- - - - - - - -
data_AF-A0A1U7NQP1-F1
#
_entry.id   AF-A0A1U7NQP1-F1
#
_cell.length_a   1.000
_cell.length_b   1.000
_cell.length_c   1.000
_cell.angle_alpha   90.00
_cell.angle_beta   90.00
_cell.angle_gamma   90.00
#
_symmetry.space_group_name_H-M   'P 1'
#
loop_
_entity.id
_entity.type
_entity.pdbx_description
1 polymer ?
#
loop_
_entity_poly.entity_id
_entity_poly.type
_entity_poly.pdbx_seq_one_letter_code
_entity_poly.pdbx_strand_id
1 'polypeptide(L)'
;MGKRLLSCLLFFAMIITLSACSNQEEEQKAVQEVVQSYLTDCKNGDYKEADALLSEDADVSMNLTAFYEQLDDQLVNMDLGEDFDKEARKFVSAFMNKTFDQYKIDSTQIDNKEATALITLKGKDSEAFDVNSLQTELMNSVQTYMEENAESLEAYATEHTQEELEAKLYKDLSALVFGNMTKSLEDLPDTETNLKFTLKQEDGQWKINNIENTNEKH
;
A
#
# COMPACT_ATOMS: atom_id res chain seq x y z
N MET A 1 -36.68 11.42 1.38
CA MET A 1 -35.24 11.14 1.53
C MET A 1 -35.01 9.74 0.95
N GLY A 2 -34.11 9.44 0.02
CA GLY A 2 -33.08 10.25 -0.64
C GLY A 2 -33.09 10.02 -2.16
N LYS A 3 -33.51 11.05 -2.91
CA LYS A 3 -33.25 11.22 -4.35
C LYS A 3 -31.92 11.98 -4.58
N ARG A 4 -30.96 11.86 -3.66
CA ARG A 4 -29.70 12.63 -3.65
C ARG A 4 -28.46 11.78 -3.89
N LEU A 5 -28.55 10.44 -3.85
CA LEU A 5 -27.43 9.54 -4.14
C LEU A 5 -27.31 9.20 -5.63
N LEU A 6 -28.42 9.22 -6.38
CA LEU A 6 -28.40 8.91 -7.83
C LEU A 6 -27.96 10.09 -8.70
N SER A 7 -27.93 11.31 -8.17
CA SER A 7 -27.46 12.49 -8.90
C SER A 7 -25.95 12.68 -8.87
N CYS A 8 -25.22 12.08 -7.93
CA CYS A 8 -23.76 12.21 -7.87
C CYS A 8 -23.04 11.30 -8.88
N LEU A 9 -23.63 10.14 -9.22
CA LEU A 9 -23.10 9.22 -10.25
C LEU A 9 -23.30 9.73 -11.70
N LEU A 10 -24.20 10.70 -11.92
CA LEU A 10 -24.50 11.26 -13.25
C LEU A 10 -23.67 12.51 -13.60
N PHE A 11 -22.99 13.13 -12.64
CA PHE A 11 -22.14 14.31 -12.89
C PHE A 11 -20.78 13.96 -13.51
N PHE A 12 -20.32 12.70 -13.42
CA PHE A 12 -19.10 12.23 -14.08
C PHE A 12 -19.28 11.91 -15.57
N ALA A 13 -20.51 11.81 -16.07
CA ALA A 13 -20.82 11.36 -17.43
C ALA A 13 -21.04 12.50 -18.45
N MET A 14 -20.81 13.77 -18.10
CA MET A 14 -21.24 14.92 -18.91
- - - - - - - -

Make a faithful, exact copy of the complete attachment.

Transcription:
data_AF-A0A1U7NQP1-F1
#
_entry.id   AF-A0A1U7NQP1-F1
#
_cell.length_a   1.000
_cell.length_b   1.000
_cell.length_c   1.000
_cell.angle_alpha   90.00
_cell.angle_beta   90.00
_cell.angle_gamma   90.00
#
_symmetry.space_group_name_H-M   'P 1'
#
loop_
_entity.id
_entity.type
_entity.pdbx_description
1 polymer ?
#
loop_
_entity_poly.entity_id
_entity_poly.type
_entity_poly.pdbx_seq_one_letter_code
_entity_poly.pdbx_strand_id
1 'polypeptide(L)'
;MGKRLLSCLLFFAMIITLSACSNQEEEQKAVQEVVQSYLTDCKNGDYKEADALLSEDADVSMNLTAFYEQLDDQLVNMDLGEDFDKEARKFVSAFMNKTFDQYKIDSTQIDNKEATALITLKGKDSEAFDVNSLQTELMNSVQTYMEENAESLEAYATEHTQEELEAKLYKDLSALVFGNMTKSLEDLPDTETNLKFTLKQEDGQWKINNIENTNEKH
;
A
#
# COMPACT_ATOMS: atom_id res chain seq x y z
N MET A 1 -36.68 11.42 1.38
CA MET A 1 -35.24 11.14 1.53
C MET A 1 -35.01 9.74 0.95
N GLY A 2 -34.11 9.44 0.02
CA GLY A 2 -33.08 10.25 -0.64
C GLY A 2 -33.09 10.02 -2.16
N LYS A 3 -33.51 11.05 -2.91
CA LYS A 3 -33.25 11.22 -4.35
C LYS A 3 -31.92 11.98 -4.58
N ARG A 4 -30.96 11.86 -3.66
CA ARG A 4 -29.70 12.63 -3.65
C ARG A 4 -28.46 11.78 -3.89
N LEU A 5 -28.55 10.44 -3.85
CA LEU A 5 -27.43 9.54 -4.14
C LEU A 5 -27.31 9.20 -5.63
N LEU A 6 -28.42 9.22 -6.38
CA LEU A 6 -28.40 8.91 -7.83
C LEU A 6 -27.96 10.09 -8.70
N SER A 7 -27.93 11.31 -8.17
CA SER A 7 -27.46 12.49 -8.90
C SER A 7 -25.95 12.68 -8.87
N CYS A 8 -25.22 12.08 -7.93
CA CYS A 8 -23.76 12.21 -7.87
C CYS A 8 -23.04 11.30 -8.88
N LEU A 9 -23.63 10.14 -9.22
CA LEU A 9 -23.10 9.22 -10.25
C LEU A 9 -23.30 9.73 -11.70
N LEU A 10 -24.20 10.70 -11.92
CA LEU A 10 -24.50 11.26 -13.25
C LEU A 10 -23.67 12.51 -13.60
N PHE A 11 -22.99 13.13 -12.64
CA PHE A 11 -22.14 14.31 -12.89
C PHE A 11 -20.78 13.96 -13.51
N PHE A 12 -20.32 12.70 -13.42
CA PHE A 12 -19.10 12.23 -14.08
C PHE A 12 -19.28 11.91 -15.57
N ALA A 13 -20.51 11.81 -16.07
CA ALA A 13 -20.82 11.36 -17.43
C ALA A 13 -21.04 12.50 -18.45
N MET A 14 -20.81 13.77 -18.10
CA MET A 14 -21.24 14.92 -18.91